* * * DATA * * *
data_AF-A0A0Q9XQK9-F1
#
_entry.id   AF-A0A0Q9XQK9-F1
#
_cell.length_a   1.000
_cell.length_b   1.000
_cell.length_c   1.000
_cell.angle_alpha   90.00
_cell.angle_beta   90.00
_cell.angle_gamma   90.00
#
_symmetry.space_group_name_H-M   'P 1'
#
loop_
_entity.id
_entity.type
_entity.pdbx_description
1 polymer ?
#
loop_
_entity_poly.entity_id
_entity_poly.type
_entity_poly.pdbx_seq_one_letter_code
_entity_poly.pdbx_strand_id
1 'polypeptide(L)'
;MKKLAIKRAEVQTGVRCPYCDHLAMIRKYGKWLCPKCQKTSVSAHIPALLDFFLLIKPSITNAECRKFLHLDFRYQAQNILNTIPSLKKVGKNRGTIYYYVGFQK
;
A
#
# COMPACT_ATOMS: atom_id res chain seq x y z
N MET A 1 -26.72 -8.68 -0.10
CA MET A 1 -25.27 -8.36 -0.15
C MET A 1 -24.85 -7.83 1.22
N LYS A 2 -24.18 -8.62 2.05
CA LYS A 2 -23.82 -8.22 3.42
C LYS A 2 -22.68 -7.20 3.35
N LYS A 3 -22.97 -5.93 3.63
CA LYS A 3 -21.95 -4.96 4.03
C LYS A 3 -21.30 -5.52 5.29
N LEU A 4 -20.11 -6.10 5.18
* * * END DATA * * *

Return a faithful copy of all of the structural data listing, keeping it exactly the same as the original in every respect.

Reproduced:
data_AF-A0A0Q9XQK9-F1
#
_entry.id   AF-A0A0Q9XQK9-F1
#
_cell.length_a   1.000
_cell.length_b   1.000
_cell.length_c   1.000
_cell.angle_alpha   90.00
_cell.angle_beta   90.00
_cell.angle_gamma   90.00
#
_symmetry.space_group_name_H-M   'P 1'
#
loop_
_entity.id
_entity.type
_entity.pdbx_description
1 polymer ?
#
loop_
_entity_poly.entity_id
_entity_poly.type
_entity_poly.pdbx_seq_one_letter_code
_entity_poly.pdbx_strand_id
1 'polypeptide(L)'
;MKKLAIKRAEVQTGVRCPYCDHLAMIRKYGKWLCPKCQKTSVSAHIPALLDFFLLIKPSITNAECRKFLHLDFRYQAQNILNTIPSLKKVGKNRGTIYYYVGFQK
;
A
#
# COMPACT_ATOMS: atom_id res chain seq x y z
N MET A 1 -26.72 -8.68 -0.10
CA MET A 1 -25.27 -8.36 -0.15
C MET A 1 -24.85 -7.83 1.22
N LYS A 2 -24.18 -8.62 2.05
CA LYS A 2 -23.82 -8.22 3.42
C LYS A 2 -22.68 -7.20 3.35
N LYS A 3 -22.97 -5.93 3.63
CA LYS A 3 -21.95 -4.96 4.03
C LYS A 3 -21.30 -5.52 5.29
N LEU A 4 -20.11 -6.10 5.18